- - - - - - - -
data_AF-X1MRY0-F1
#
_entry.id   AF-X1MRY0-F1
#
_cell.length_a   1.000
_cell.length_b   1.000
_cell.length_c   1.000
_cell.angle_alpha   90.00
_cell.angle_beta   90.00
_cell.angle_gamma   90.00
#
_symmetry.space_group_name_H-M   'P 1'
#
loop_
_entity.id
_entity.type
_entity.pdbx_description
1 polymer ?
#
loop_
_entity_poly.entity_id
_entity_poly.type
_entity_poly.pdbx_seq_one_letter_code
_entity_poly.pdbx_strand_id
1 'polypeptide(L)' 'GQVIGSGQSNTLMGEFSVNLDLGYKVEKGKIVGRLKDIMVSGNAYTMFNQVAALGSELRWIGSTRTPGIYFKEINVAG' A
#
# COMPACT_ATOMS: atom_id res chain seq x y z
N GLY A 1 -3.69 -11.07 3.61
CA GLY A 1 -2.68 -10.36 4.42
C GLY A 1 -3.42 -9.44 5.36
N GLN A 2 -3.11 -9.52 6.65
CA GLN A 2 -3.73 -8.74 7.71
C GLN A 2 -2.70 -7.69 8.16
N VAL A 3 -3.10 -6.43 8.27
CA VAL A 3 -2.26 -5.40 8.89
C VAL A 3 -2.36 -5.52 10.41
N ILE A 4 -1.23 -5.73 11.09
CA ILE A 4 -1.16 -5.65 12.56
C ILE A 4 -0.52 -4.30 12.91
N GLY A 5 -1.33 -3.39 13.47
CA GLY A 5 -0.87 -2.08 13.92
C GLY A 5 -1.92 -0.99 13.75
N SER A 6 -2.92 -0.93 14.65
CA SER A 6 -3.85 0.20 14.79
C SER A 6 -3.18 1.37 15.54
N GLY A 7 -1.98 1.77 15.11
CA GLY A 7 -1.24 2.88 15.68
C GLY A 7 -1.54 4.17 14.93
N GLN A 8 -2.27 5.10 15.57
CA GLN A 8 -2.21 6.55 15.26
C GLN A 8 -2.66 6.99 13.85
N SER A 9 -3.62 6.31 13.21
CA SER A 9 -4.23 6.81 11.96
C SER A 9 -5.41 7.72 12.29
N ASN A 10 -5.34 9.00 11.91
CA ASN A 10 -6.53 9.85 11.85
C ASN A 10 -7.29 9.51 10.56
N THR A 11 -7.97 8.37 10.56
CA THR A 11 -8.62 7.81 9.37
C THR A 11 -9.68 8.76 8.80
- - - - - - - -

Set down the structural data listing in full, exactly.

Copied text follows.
data_AF-X1MRY0-F1
#
_entry.id   AF-X1MRY0-F1
#
_cell.length_a   1.000
_cell.length_b   1.000
_cell.length_c   1.000
_cell.angle_alpha   90.00
_cell.angle_beta   90.00
_cell.angle_gamma   90.00
#
_symmetry.space_group_name_H-M   'P 1'
#
loop_
_entity.id
_entity.type
_entity.pdbx_description
1 polymer ?
#
loop_
_entity_poly.entity_id
_entity_poly.type
_entity_poly.pdbx_seq_one_letter_code
_entity_poly.pdbx_strand_id
1 'polypeptide(L)' 'GQVIGSGQSNTLMGEFSVNLDLGYKVEKGKIVGRLKDIMVSGNAYTMFNQVAALGSELRWIGSTRTPGIYFKEINVAG' A
#
# COMPACT_ATOMS: atom_id res chain seq x y z
N GLY A 1 -3.69 -11.07 3.61
CA GLY A 1 -2.68 -10.36 4.42
C GLY A 1 -3.42 -9.44 5.36
N GLN A 2 -3.11 -9.52 6.65
CA GLN A 2 -3.73 -8.74 7.71
C GLN A 2 -2.70 -7.69 8.16
N VAL A 3 -3.10 -6.43 8.27
CA VAL A 3 -2.26 -5.40 8.89
C VAL A 3 -2.36 -5.52 10.41
N ILE A 4 -1.23 -5.73 11.09
CA ILE A 4 -1.16 -5.65 12.56
C ILE A 4 -0.52 -4.30 12.91
N GLY A 5 -1.33 -3.39 13.47
CA GLY A 5 -0.87 -2.08 13.92
C GLY A 5 -1.92 -0.99 13.75
N SER A 6 -2.92 -0.93 14.65
CA SER A 6 -3.85 0.20 14.79
C SER A 6 -3.18 1.37 15.54
N GLY A 7 -1.98 1.77 15.11
CA GLY A 7 -1.24 2.88 15.68
C GLY A 7 -1.54 4.17 14.93
N GLN A 8 -2.27 5.10 15.57
CA GLN A 8 -2.21 6.55 15.26
C GLN A 8 -2.66 6.99 13.85
N SER A 9 -3.62 6.31 13.21
CA SER A 9 -4.23 6.81 11.96
C SER A 9 -5.41 7.72 12.29
N ASN A 10 -5.34 9.00 11.91
CA ASN A 10 -6.53 9.85 11.85
C ASN A 10 -7.29 9.51 10.56
N THR A 11 -7.97 8.37 10.56
CA THR A 11 -8.62 7.81 9.37
C THR A 11 -9.68 8.76 8.80